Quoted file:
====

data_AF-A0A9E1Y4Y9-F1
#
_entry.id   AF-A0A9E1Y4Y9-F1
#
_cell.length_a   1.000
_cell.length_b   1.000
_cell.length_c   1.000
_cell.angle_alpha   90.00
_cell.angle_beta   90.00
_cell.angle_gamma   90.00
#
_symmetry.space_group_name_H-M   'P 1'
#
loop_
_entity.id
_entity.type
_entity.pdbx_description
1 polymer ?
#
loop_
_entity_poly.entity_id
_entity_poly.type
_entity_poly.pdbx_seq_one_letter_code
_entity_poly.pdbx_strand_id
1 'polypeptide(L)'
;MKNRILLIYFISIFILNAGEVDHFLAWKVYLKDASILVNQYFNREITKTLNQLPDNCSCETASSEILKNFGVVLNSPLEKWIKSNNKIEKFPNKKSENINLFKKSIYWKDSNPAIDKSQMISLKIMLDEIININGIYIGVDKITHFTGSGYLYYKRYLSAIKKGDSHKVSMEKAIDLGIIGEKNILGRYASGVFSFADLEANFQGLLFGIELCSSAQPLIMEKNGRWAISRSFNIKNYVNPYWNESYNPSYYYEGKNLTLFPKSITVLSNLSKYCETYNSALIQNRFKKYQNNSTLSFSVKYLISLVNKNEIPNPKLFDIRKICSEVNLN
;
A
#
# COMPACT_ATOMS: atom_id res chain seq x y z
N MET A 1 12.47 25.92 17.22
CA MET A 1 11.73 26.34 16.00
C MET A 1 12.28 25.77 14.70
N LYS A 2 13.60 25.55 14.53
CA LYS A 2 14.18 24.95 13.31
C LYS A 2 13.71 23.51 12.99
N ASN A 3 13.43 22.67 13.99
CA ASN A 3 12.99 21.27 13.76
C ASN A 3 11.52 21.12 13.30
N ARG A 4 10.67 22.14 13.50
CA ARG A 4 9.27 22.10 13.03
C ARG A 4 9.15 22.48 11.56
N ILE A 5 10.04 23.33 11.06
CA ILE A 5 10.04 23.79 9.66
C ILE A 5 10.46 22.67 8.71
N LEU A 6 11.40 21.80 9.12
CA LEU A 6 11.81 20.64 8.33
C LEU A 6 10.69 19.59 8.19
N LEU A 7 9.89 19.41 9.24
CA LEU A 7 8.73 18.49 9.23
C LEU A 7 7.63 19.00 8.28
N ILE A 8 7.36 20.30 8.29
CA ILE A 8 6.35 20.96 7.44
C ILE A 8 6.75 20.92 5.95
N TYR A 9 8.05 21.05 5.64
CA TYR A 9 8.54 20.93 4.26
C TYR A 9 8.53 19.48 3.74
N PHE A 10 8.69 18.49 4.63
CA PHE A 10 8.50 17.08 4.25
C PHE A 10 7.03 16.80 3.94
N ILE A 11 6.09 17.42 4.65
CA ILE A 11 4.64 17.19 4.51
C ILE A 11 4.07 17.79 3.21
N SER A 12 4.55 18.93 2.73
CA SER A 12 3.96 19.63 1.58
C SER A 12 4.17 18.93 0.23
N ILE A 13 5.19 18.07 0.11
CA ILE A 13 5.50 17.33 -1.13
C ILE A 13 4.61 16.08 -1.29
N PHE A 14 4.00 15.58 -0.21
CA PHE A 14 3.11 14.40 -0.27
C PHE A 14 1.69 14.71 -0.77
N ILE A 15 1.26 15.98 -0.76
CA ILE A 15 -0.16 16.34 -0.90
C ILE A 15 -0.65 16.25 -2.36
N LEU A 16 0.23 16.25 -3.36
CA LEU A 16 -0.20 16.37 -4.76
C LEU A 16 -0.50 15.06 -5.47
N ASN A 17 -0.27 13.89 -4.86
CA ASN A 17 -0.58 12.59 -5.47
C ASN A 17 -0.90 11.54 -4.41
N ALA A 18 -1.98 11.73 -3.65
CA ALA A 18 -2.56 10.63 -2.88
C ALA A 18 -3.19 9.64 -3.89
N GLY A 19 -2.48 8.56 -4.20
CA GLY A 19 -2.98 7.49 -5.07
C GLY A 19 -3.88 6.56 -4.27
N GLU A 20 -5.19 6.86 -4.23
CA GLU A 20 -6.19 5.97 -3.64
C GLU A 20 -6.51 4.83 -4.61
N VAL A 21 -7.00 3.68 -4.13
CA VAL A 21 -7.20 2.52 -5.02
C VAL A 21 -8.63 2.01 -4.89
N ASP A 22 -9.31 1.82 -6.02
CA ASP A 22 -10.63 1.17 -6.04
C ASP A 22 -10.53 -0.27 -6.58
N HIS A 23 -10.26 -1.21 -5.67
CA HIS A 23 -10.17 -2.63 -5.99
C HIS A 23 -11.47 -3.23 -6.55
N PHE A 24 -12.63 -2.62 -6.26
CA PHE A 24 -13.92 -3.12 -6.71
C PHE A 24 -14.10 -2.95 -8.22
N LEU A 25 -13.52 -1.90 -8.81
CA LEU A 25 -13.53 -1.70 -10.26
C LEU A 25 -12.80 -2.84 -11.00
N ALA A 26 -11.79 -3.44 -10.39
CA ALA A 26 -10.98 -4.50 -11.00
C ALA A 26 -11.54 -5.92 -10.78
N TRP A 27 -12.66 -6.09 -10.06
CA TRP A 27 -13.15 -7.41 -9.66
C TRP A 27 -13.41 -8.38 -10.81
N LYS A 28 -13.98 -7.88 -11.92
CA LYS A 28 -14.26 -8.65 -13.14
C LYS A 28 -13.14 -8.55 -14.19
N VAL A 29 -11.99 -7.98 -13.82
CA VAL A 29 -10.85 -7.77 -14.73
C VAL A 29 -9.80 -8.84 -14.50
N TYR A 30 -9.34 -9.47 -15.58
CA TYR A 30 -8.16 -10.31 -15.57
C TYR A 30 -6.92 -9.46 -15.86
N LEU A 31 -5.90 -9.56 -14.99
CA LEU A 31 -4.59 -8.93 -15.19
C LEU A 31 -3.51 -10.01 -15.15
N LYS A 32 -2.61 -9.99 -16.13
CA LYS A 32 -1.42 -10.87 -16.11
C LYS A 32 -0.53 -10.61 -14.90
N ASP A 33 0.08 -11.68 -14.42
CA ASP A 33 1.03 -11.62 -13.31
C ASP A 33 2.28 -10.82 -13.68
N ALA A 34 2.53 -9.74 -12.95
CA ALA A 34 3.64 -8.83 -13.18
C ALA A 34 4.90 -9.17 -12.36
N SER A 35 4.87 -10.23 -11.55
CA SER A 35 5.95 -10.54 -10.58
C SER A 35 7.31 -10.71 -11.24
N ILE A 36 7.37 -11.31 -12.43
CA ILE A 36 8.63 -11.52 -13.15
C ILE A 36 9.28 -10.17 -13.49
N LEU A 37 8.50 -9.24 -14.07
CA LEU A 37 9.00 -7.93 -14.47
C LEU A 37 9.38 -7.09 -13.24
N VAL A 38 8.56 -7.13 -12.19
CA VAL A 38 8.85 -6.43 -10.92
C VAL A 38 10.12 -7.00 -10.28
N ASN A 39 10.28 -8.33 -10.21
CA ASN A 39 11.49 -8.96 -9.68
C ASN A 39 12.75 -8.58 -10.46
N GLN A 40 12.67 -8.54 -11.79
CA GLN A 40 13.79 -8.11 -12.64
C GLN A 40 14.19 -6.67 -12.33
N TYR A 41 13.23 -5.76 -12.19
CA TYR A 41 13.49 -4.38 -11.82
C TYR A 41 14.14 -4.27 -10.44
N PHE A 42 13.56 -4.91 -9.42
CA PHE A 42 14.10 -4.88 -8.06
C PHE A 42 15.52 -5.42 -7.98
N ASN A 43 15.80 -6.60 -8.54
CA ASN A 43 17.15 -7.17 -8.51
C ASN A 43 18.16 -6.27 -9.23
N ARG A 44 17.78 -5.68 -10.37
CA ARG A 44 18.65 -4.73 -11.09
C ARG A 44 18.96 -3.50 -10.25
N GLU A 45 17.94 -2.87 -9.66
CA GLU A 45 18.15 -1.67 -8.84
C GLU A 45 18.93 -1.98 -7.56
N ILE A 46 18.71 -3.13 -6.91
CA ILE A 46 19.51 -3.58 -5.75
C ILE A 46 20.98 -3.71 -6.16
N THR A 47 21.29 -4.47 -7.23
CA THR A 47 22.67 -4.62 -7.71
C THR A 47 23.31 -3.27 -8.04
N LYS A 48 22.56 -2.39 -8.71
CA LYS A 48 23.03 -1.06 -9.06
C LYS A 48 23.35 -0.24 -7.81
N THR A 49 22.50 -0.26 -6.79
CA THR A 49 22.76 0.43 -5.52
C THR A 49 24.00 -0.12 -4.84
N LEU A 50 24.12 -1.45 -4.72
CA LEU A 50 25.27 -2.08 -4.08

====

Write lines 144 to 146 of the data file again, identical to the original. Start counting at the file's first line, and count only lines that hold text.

C VAL A 38 10.12 -7.00 -10.28
N ASN A 39 10.28 -8.33 -10.21
CA ASN A 39 11.49 -8.96 -9.68